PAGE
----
“Once you got inside the buildings, you saw water damage and broken windows, and you could look up and see where the roofs had been compromised,” Hanna said.
Storm-related damage totaled $10 million, Hanna said, “which is a lot, but still it is a lot less than it could have been. Fortunately, we were able to move people around and not miss a beat as far as being able to hold classes.”
The campus lost 18 students in the immediate wake of the storm, and spring 2019 enrollment was down just a little over 1 percent from the previous spring.
“We were very pleased that the decline was so slight,” Hanna said.
The bachelor’s program in mechanical engineering that was introduced to the campus in the fall of 2018 is off to a “wildly successful start,” Hanna said. It is managed by the FAMU-FSU College of Engineering in Tallahassee.
The mechanical engineering program’s arrival closely coincided with the arrival of GKN Aerospace at the VentureCrossings Enterprise Center adjoining the Northwest Florida Beaches International Airport in West Bay. GKN produces airplane components for the federal government. Both GKN and Naval Support Activity Panama City employ numbers of mechanical engineers.
“FSU has an important role to play in the development of our economy, and that’s one of the reasons that we started mechanical engineering here,” Hanna said. “I am very confident that the aerospace sector will continue to grow. Given our relationship with the FSU/FAMU College of Engineering and the engineering programs we have here, I believe we will be well-positioned to help that industry thrive here.”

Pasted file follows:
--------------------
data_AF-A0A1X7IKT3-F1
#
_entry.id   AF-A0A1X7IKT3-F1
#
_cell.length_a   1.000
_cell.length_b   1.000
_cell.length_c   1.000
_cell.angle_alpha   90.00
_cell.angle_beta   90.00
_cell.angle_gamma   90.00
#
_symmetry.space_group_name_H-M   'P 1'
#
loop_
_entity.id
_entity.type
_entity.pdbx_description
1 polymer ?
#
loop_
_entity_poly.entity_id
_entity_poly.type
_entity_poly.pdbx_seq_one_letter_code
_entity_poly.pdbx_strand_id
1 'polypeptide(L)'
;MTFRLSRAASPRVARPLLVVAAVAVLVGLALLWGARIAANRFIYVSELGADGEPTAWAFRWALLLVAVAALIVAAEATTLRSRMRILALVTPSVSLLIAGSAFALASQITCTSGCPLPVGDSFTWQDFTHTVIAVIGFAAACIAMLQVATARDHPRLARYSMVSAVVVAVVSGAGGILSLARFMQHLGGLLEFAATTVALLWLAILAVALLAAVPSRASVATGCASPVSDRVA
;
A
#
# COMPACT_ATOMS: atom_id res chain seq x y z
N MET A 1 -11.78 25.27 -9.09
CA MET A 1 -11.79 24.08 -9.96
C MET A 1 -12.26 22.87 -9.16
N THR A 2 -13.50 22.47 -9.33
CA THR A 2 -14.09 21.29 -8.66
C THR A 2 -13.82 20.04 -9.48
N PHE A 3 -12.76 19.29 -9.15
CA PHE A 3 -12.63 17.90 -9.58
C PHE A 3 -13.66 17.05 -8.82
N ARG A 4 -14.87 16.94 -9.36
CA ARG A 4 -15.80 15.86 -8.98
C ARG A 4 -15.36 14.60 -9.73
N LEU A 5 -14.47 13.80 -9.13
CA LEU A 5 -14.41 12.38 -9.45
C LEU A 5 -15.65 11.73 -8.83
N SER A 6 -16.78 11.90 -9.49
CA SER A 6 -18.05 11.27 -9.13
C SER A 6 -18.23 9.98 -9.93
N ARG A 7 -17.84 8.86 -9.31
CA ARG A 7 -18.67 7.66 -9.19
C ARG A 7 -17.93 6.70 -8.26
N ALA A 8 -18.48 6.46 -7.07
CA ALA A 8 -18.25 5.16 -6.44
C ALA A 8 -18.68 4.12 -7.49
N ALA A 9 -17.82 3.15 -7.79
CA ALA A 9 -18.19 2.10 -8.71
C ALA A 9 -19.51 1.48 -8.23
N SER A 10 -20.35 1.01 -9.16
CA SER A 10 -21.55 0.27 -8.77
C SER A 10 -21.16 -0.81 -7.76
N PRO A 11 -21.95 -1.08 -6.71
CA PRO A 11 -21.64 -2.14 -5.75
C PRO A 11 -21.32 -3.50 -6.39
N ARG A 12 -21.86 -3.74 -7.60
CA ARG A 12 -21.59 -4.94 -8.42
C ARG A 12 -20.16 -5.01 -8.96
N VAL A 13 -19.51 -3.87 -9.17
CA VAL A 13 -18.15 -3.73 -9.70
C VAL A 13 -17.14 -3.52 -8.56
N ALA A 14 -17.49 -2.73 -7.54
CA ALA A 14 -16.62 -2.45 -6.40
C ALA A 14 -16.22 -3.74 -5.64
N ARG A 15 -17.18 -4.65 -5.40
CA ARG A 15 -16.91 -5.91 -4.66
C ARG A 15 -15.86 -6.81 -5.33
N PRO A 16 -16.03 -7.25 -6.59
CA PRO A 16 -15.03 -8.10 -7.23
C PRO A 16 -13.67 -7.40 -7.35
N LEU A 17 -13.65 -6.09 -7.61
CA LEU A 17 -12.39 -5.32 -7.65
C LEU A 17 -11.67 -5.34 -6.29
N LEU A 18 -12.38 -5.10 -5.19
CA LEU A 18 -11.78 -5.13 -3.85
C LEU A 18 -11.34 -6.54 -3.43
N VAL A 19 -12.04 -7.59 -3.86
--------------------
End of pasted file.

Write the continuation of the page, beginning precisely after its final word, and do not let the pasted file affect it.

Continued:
Hanna regularly participates in site visits made by prospects pursued by the Bay County Economic Development Alliance.
“I am amazed at the number of new companies that have an interest in Bay County and have come and visited since the hurricane,” Hanna said. “I have met with more prospects since the storm than I did in the year before the storm.”
In addition to the mechanical engineering program, FSU PC offers a master’s degree in systems engineering.
Hanna said two additional master’s level programs, one in nurse anesthesia and the other in applied behavioral analysis, are drawing students from far beyond Northwest Florida.
The behavioral analysis program, Hanna said, is intended for psychology students working with children with autism. It culminates in an exam leading to national board certification.
“Our program has the No. 1 pass rate for board certification in the world,” Hanna said. “The nurse anesthesia program is newer, but it is quickly growing its reputation.”
Hanna looks toward the future with optimism.
“This is a great time to be at FSU in Panama City,” he said. “It’s at times like this that you realize you do more than just provide classes and help students earn degrees. I am so proud of our colleagues all across FSU. Folks from our campus and the Tallahassee campus have worked throughout our community to address the storm.
“The Social Work department has provided counseling services, our College of Social Sciences has helped with visioning and long-range planning for the community, our engineering department has helped with resiliency issues. Student-athletes came from Tallahassee for a day of clean up, and I could go on and on. We need to play a role in the recovery, and we are.”